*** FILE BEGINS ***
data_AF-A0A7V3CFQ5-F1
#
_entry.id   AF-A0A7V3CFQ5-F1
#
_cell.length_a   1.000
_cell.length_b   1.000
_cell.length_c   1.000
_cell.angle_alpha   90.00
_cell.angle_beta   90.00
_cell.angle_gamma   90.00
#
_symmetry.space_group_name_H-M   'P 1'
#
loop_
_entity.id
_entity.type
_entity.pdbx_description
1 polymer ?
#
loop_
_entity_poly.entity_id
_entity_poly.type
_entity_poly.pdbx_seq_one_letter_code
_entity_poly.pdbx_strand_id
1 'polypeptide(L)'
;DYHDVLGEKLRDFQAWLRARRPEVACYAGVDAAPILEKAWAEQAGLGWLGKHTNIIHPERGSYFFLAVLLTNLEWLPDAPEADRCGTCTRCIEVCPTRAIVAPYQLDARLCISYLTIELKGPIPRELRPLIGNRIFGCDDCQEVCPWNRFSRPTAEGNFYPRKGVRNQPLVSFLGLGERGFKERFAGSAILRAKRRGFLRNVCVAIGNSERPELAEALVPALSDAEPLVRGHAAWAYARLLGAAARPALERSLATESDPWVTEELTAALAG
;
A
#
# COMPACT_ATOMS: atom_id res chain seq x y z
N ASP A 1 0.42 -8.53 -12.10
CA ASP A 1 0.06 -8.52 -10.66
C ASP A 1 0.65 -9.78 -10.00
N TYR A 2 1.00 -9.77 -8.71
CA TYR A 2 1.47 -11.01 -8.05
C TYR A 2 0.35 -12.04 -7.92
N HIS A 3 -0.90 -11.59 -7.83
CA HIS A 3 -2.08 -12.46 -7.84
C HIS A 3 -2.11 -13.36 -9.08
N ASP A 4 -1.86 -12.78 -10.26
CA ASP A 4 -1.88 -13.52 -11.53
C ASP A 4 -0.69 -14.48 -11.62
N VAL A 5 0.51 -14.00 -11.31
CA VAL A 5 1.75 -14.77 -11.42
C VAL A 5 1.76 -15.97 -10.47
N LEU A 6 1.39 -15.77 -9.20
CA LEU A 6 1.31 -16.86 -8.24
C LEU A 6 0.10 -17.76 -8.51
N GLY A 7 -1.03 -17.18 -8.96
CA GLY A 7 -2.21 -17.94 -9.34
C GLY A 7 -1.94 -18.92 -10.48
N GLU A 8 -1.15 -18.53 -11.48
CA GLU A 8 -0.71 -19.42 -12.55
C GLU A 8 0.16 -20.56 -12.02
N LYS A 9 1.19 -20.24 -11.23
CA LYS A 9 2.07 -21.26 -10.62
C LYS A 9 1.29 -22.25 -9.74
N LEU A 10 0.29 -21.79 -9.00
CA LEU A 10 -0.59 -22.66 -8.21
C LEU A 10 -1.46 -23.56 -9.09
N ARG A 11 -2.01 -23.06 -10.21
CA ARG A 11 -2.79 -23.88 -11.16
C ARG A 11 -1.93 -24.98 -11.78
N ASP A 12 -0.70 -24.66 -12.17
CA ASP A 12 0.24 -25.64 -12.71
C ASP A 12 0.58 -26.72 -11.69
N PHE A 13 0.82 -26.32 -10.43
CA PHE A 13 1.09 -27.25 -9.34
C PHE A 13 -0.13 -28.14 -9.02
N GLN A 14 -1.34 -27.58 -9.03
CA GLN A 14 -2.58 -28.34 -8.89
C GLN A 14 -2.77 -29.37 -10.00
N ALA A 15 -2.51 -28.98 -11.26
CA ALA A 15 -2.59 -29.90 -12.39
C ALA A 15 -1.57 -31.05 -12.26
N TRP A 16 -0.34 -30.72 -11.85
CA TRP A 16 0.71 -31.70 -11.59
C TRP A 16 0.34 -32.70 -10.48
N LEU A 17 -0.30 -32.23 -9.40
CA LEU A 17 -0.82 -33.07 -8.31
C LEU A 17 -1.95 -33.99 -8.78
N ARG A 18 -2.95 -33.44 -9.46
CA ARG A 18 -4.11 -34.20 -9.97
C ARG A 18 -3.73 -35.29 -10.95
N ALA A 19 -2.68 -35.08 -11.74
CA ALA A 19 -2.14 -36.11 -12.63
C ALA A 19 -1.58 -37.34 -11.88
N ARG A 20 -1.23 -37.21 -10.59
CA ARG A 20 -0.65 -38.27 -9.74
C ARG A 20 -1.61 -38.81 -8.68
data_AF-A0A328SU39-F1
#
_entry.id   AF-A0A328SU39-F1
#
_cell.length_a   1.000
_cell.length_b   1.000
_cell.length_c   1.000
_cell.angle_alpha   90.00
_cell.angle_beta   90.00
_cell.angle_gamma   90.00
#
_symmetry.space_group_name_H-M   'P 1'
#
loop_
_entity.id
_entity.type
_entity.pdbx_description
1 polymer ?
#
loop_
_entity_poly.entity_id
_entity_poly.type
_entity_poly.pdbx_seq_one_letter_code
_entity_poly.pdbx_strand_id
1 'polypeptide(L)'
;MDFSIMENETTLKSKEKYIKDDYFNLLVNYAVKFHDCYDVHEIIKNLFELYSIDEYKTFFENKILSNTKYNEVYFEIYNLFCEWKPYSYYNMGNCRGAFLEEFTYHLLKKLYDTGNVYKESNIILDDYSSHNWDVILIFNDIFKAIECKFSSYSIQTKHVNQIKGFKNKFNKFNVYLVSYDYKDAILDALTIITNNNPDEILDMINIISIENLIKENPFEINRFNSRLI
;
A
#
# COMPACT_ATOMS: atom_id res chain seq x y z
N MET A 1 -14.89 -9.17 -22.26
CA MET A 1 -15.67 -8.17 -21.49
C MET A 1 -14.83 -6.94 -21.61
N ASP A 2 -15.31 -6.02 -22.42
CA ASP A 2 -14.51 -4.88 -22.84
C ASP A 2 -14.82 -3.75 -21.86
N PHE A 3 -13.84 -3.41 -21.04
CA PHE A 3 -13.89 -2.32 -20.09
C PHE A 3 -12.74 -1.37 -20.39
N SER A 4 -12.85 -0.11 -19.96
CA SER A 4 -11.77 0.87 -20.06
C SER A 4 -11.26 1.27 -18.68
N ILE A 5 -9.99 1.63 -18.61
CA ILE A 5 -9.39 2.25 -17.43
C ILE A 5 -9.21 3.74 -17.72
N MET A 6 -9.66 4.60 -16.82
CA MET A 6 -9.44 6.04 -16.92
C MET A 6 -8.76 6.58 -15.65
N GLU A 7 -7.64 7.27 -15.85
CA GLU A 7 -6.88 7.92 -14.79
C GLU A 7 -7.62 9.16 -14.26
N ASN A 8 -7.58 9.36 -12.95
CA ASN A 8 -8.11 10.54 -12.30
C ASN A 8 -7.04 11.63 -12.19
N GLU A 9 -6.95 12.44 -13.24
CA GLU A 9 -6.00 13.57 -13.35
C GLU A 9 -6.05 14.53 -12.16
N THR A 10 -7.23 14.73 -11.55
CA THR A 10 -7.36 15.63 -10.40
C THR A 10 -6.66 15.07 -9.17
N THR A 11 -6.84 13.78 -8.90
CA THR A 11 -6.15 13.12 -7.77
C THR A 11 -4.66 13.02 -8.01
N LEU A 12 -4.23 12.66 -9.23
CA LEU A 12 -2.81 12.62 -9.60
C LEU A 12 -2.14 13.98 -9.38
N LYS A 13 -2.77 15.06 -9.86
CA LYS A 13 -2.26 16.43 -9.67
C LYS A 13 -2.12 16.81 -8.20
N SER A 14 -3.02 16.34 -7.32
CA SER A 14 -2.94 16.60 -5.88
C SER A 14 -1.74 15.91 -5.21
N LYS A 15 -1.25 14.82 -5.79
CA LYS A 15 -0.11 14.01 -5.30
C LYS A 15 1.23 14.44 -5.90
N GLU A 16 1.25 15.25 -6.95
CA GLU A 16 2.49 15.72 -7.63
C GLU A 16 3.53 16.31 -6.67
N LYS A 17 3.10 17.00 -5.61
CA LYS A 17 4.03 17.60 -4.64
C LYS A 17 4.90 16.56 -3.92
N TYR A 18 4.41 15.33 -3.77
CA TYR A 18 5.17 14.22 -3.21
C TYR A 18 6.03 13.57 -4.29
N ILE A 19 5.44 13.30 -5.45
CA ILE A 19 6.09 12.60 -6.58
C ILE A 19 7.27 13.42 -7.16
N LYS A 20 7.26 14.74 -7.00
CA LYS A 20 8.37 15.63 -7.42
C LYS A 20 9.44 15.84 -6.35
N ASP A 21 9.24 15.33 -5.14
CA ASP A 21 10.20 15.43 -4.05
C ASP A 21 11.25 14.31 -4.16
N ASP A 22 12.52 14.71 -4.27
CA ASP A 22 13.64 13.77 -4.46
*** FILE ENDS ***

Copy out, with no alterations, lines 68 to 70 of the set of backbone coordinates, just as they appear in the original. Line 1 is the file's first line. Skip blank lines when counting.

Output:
CA PHE A 13 1.09 -27.25 -9.34
C PHE A 13 -0.13 -28.14 -9.02
N GLN A 14 -1.34 -27.58 -9.03